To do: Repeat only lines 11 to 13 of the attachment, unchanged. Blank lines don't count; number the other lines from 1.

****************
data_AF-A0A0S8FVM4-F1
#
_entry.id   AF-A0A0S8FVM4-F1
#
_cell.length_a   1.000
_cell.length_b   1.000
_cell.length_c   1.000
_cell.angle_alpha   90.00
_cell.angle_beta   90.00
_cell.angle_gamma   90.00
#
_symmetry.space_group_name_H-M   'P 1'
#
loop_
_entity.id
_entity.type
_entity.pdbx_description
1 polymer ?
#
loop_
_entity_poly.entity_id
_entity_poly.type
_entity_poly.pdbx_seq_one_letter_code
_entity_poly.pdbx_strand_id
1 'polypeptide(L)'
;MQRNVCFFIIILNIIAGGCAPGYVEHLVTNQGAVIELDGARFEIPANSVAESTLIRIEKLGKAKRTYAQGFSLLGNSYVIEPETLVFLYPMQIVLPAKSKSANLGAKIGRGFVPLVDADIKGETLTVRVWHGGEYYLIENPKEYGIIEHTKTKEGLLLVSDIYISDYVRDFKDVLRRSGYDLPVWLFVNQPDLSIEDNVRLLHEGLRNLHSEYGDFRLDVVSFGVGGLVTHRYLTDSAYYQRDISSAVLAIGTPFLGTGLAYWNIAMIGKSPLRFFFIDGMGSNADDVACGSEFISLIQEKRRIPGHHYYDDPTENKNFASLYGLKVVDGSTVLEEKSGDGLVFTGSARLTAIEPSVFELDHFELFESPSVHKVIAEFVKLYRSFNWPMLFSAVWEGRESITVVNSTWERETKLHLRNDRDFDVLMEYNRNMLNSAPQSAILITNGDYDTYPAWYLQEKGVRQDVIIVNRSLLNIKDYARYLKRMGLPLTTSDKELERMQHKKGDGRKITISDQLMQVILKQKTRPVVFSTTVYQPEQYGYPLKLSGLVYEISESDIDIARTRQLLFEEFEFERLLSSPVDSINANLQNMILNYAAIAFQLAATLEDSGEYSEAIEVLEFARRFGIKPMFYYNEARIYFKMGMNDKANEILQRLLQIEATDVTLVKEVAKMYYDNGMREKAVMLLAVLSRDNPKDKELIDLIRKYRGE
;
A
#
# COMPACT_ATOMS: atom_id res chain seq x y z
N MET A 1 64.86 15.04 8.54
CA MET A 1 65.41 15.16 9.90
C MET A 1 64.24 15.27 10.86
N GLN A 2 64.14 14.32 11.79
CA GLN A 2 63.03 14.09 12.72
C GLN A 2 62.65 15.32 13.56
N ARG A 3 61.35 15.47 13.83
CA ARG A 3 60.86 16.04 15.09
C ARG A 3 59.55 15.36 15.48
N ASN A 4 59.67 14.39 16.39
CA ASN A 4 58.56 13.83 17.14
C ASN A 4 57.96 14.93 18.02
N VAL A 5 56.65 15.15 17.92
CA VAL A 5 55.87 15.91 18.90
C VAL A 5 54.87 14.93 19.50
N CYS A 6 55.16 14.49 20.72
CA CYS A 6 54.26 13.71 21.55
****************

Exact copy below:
#
_symmetry.space_group_name_H-M   'P 1'
#